New book on the Cheese Notes shelf: The Small Scale Dairy: The Complete Guide to Milk Production for the Home and Market, by Gianaclis Caldwell. Caldwell is the author of Mastering Artisan Cheesemaking, which I’d say is currently the best how-to book out there for home and small-scale cheesemakers. She also wrote The Small-Scale Cheese Business (formerly titled The Farmstead Creamery Advisor), another must-read for anyone considering opening their own cheesemaking business.
I’ll have a review of it soon, but in the meantime you can learn more at the site of Chelsea Green Publishing.
A few weeks ago, after spending the morning with the cheesemakers at Von Trapp Farmstead, I got back on the road and drove towards Greensboro, VT, home to one of America’s more unusual experiments in cheese, the Cellars At Jasper Hill. Much more than just cheesemakers, the Cellars, launched by brothers Mateo and Andy Kehler in 2008, have taken on an ambitious goal: to bring the European affinage model of cheese aging and distribution to Vermont, bringing together Vermont cheesemakers large and small in one facility and creating a sustainable economic vehicle for small Vermont dairies in the process. The Kehler’s motto, “A Taste Of Place”, captures their aspiration to create a new, distinctly American version of terroir.
(Check out more photos from my visit)
Whereas most cheesemakers both make and age their own cheeses, in the affinage model this process is divided between the maker — who takes the cheese from milk to wheel — and the affineur — who receives the young wheels and then ages them to completion in specialized facilities. This is a well established economic and distribution model in France in particular,
Three Vermont cheesemakers brought home honors from last week’s 2014 World Champion Cheese Contest, held in Madison, Wi. A panel of 50 international judges picked the winners in various classes including varieties entered from around the world.
Among the winners were these Vermont companies:
Cabot Creamery Cooperative, of Cabot, was awarded three Best of Class Awards for its 2+ Years Cheddar, Hot Buffalo Wing Cheddar and Cottage Cheese. Cabot also took third place for its Medium Cheddar.
Cellars at Jasper Hill, of Greensboro, was awarded two Best of Class Awards for its blue veined Bayley Hazen Blue and soft ripened Harbison.
Grafton Village Cheese Company, of Brattleboro, was awarded third place for its mixed milk Shepsog.
Read the full story.
Dark Rye Magazine features San Francisco-based urban cheesemaker Heidi Kooy in this short video.
A thousand square feet, even in the city, is farm-worthy. Heidi Kooy grows and makes cheese in San Francisco, accompanied by a bunch of chicks and more than just one kid.
A Visit To Von Trapp Farmstead
A couple weeks ago, I had the opportunity to visit a top creamery on the Vermont cheese scene: Von Trapp Farmstead, in Waitsfield VT, in the north-central area of the state. I was on my way to the Cellars At Jasper Hill, so Von Trapp was a timely stop, as they have worked closely with the Cellars for a few years now. Visiting both in one day gave me a unique opportunity to see both sides of the new model of cheese production in Vermont: the producers and the affineurs.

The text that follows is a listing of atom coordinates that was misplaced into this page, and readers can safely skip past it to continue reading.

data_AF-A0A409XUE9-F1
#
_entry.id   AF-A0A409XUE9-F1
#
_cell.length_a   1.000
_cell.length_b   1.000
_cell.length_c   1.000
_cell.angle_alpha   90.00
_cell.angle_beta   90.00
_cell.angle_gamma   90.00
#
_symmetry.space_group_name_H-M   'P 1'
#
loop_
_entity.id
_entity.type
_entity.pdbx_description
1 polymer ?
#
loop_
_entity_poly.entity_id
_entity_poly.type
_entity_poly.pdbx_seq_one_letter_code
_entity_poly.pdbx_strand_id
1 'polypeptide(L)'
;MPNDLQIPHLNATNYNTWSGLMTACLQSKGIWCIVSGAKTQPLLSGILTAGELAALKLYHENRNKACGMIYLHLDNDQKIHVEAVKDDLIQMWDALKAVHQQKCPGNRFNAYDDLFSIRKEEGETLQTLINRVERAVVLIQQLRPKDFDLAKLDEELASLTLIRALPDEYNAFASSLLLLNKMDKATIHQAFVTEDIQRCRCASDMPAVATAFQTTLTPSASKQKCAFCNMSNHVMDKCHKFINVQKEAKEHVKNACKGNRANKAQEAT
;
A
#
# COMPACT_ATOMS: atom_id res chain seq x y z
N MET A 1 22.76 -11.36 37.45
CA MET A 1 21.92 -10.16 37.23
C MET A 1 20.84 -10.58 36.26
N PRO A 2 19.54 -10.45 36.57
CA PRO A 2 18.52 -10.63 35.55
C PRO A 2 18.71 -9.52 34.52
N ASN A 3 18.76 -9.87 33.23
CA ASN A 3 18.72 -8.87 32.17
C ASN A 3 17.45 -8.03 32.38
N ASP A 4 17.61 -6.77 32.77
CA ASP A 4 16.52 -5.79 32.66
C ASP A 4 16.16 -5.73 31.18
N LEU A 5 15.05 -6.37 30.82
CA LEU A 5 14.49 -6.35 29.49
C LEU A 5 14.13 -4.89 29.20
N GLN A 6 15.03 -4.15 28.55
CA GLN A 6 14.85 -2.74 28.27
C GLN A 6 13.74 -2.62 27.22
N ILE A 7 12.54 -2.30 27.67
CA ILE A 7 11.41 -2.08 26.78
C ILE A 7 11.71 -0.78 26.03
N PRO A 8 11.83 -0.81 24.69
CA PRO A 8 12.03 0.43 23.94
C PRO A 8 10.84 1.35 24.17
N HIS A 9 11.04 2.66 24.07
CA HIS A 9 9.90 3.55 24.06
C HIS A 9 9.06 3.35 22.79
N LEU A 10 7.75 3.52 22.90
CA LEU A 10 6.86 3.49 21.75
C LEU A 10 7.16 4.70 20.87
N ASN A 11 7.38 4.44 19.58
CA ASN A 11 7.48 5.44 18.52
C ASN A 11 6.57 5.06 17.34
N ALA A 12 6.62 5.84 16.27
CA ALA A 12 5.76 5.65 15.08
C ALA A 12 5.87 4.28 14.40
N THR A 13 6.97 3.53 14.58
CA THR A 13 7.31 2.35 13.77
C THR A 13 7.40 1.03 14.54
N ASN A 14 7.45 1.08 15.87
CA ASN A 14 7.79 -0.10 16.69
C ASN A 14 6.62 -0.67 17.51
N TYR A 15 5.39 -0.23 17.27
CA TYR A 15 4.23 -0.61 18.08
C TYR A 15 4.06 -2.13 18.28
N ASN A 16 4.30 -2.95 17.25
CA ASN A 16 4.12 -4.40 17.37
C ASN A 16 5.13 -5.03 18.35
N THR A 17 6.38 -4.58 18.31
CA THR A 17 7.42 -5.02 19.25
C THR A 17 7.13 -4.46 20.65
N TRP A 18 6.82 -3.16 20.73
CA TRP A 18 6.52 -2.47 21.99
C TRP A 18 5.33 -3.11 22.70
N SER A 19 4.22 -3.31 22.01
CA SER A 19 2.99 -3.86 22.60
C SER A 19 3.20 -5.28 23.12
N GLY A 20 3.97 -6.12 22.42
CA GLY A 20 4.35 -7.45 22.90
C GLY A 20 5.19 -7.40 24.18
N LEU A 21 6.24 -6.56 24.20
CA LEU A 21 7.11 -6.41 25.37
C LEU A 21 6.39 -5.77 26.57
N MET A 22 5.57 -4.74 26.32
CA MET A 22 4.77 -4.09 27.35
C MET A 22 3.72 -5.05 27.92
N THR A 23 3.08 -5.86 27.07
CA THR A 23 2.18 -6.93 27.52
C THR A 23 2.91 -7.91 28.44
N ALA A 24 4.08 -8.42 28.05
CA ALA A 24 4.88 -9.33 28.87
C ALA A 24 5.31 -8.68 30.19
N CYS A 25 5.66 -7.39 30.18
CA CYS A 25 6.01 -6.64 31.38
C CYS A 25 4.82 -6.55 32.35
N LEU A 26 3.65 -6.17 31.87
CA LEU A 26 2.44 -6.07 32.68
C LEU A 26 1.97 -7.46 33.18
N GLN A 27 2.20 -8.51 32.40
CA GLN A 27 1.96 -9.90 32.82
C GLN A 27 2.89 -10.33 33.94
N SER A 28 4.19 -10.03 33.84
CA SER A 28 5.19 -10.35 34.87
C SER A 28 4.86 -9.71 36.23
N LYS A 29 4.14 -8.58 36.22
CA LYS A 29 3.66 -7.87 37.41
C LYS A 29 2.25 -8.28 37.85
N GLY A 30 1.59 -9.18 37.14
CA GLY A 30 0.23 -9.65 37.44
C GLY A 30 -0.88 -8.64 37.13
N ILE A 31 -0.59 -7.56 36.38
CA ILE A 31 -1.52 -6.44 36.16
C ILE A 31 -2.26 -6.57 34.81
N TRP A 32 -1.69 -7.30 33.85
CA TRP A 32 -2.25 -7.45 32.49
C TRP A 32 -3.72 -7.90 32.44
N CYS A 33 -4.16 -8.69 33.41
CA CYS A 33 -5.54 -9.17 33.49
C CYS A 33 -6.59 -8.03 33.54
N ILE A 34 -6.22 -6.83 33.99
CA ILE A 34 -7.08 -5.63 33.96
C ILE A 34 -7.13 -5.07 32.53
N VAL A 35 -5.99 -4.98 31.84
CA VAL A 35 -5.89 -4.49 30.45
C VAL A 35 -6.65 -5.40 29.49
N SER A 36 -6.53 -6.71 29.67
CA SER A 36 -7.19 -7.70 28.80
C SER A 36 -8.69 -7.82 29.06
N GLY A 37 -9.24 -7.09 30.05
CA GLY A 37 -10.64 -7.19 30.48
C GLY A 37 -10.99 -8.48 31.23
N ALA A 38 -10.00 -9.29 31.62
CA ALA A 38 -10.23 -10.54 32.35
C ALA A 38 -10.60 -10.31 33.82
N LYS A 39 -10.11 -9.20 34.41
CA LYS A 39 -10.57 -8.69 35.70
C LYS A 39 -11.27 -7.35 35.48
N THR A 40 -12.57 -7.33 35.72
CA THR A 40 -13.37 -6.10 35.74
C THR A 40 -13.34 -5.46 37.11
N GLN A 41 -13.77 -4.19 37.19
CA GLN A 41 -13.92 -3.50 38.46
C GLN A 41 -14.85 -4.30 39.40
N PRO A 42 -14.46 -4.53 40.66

Von Trapp Farm has been in operation since 1959, when Werner and Erika Von Trapp purchased it. In 1979, their son Martin and his wife, Kelly, took over the farm with their three children. For most of that time, it has been a milk dairy only; it was not until the late 2000’s that Martin and Kelly’s sons, Sebastian and Dan, proposed the idea of building a creamery to make cheese from their high-quality milk. This followed on their going through the process of obtaining Organic certification for their milk, and came at a time when the Von Trapp’s, like many Vermont dairies, was struggling to remain profitable in the face of cripplingly low prices for milk. For Sebastian and Dan, cheesemaking held out promise as a “vehicle for sustainability”, a way to keep the farm in the family while generating a product they could be proud of.
In 2009, after Sebastian had spent time in England apprenticing with cheesemakers, as well as working with the Kehler brothers at the Cellars, they completed construction and opened the doors on the cheese house. Dan has since moved on, but Sebastian is still running the creamery, and is now working with cheesemaker Molly Gould. Molly was actually my connection to Von Trapp, as we had first met while we were both students in the Cheesemaker Certification program at UVM’s Vermont Institute of Artisan Cheese (VIAC).
I arrived on an afternoon when they were making my favorite Von Trapp cheese, the Oma (you can see my previous post about Oma here.
Named for their grandmother (“Oma”) Erica, this pudgy, pungent washed-rind is the first cheese that they began making and was their introduction to the cheese world. It’s gone through quite a bit of development and refinement over the years, and is now a prize-winning beauty with a rind of amber and pink, covered with a morning frost of white mold, a bit sticky, and an elastic, oozing paste when ripe, moderately eyed, and a well-balanced flavor profile; earthy, buttery, with notes of nuts, hay and cave. This cheese is actually aged at — and bears the label of — the Cellars at Jasper Hill, and is part of the Kehler brother’s much-vaunted affinage program, working to revitalize Vermont’s dairy economy by providing an outlet and state of the art aging facilities for locally produced cheeses (I’ll be speaking more about my visit to the Cellars in a future post).